Summer 2009 - Volume 13 Number 3
5-2-1–Almost None: Parents’ Perceptions of Changing Health-Related Behaviors in Their Obese Child.
Michael Campbell, PhD, LCSW; Jane M Benton, MD; Lloyd N Werk, MD, MPH
Clinical guidelines to prevent childhood overweight and obesity are clear but parents’ perception of these key messages are less clear. Parents from 193 families indicated the importance of changing eating habits and increasing physical activity (63%), however eliminating sugary drinks (4%) was the only actionable behavior in the 5-2-1–Almost None message parents felt significantly more confident they could achieve.
Using Implementation and Dissemination Concepts to Spread 21st-Century Well-Child Care at a Health Maintenance Organization.
Arne Beck, PhD; David A Bergman, MD; Alanna K Rahm, MS; James W Dearing, PhD; Russell E Glasglow, PhD
Twenty-First Century Well-Child Care is a parent-centered, team-based, primary care model that includes online previsit assessments, facilitated through a Web-based diagnostic, management, tracking, and resource information tool. Validated models of team-based health care have multiple components that must be made compatible with complex sociotechnical systems-- interpersonal communication, work, coordination, and judgment.
Use of a Computerized Medical Database and Reminder Letters to Increase Preventive Care Use in Kaiser Permanente Patients.
Cecily Y L Ling, MD; Eric Kajioka, MD; Van Luu, MD; Wipat Phanthawimol, MD; Hitoshi Honda, MD; Linda Kuribayashi, MD
Patients not seen by their primary care physician in more than one year (“low-utilizing patients”) and overdue for preventive health care services were identified using Kaiser Permanente’s electronic medical database. Outreach letters that target these patients may be an efficient and cost-effective way of improving patient use rates of preventive health care.
Reducing Newborn Office Visits and Improving Satisfaction through Parent Education and Learning Communities.
Andrea Rudominer, MD, MPH
A pilot program targeted at parents of newborns tested the hypothesis that education, specifically group education with phone follow-up, could reduce unnecessary newborn office visits while simultaneously increasing member satisfaction. Satisfaction was significantly higher in the intervention group, and there were 52% fewer unnecessary visits by parents, with even greater reduction in visits among those participating in at least one follow-up conference call.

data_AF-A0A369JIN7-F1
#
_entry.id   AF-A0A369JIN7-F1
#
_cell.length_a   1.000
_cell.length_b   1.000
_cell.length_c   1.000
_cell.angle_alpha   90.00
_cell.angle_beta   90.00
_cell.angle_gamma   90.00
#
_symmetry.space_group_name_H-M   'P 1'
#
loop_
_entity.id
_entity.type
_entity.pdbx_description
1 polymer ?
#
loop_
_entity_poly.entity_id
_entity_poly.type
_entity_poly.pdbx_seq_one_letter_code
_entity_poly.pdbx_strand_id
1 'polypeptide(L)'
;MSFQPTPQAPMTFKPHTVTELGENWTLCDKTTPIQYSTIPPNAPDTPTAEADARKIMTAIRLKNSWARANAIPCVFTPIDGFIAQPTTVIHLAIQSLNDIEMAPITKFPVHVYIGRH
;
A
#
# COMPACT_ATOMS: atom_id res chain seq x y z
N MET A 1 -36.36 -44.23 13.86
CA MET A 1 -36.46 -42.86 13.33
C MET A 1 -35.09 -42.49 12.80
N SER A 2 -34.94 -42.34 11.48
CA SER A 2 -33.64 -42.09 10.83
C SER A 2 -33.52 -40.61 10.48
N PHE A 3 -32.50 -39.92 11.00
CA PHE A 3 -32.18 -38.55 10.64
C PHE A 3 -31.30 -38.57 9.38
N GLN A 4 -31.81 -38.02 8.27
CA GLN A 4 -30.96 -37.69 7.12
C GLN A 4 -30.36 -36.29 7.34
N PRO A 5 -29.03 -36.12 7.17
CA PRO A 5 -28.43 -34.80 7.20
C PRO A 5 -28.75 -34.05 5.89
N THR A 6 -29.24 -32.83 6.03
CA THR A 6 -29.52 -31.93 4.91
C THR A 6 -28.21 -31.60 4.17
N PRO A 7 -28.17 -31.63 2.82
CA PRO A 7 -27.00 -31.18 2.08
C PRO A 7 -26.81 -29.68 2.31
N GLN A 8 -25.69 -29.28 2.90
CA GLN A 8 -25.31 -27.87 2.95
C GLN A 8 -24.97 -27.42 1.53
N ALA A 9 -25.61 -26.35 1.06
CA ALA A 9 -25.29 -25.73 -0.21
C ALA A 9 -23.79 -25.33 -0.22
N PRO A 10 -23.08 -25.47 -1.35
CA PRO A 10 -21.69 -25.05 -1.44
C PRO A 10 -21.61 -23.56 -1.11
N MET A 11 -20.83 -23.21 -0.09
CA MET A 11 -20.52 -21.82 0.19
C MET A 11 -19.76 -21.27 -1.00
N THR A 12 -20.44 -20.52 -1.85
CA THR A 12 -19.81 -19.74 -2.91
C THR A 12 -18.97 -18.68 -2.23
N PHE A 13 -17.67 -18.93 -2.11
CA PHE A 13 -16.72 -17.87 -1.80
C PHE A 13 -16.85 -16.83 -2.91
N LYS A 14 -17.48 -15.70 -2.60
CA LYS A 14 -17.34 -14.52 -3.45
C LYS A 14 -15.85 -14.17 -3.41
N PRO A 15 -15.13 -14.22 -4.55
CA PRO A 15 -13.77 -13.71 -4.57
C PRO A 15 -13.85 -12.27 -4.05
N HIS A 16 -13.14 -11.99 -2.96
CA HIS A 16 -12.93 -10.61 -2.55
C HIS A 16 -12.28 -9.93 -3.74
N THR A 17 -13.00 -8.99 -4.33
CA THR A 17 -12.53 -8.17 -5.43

Nursing Responses to Transcultural Encounters: What Nurses Draw on When Faced with a Patient from Another Culture.
Celeste Cang-Wong, RN, MS Candidate; Susan O Murphy, RN, DNS; Toby Adelman, RN, PhD
In exploring nurses’ experiences when they encounter patients from cultures other than their own and their perception of what helps them deliver culturally competent care, this research confirmed that nurses are drawing heavily on prior experience, including family experiences and experiences with friends and coworkers from different cultures. Schools of nursing are also providing valuable preparation for working with diverse populations.
Laparoscopic Repair of Incisional and Other Complex Abdominal Wall Hernias.
Randall O Craft, MD; Kristi L Harold, MD
Incisional hernia is one of the most common complications of abdominal surgery, with a reported occurrence rate of up to 20% after laparotomy, and with recurrence rates after primary repair reported to range from 24% to 54%. This review discusses standardized, well-researched techniques, and the group’s surgical experience that have contributed to lowering reported recurrence rates after laparoscopic ventral hernia repair to <10%.
Interview with Lawrence Weed, MD--The Father of the Problem-Oriented Medical Record Looks Ahead.
Lee Jacobs, MD
During this interview, Dr Weed describes his electronic tool for applying medical knowledge to patient data--“coupling”--to aid the accuracy and completeness of diagnostics and treatment. In addition, he describes his view of the failing of the current medical education system, which fosters a misplaced faith in the efficacy of a physician’s intellect.
Biostatistics 101: Understanding Data.
David Etzioni, MD, MSHS; Maher A Abbas, MD, FACS, FASCRS
Research studies can generate complex data and results that require analysis to demonstrate the effect of therapies and interventions, to establish the efficacy or limitation of treatments, and to prove or to refute a scientific hypothesis. An understanding of biostatistics is critical to the researcher investigating clinical questions. Equally important is an appreciation of statistics by the reader and interpreter of published studies. This article, the first of a three-part series on statistics for clinicians, notes: types of data: quantitative (continuous or discrete) and qualitative (ordered or discrete); and describes data as measurements of the center and the distribution.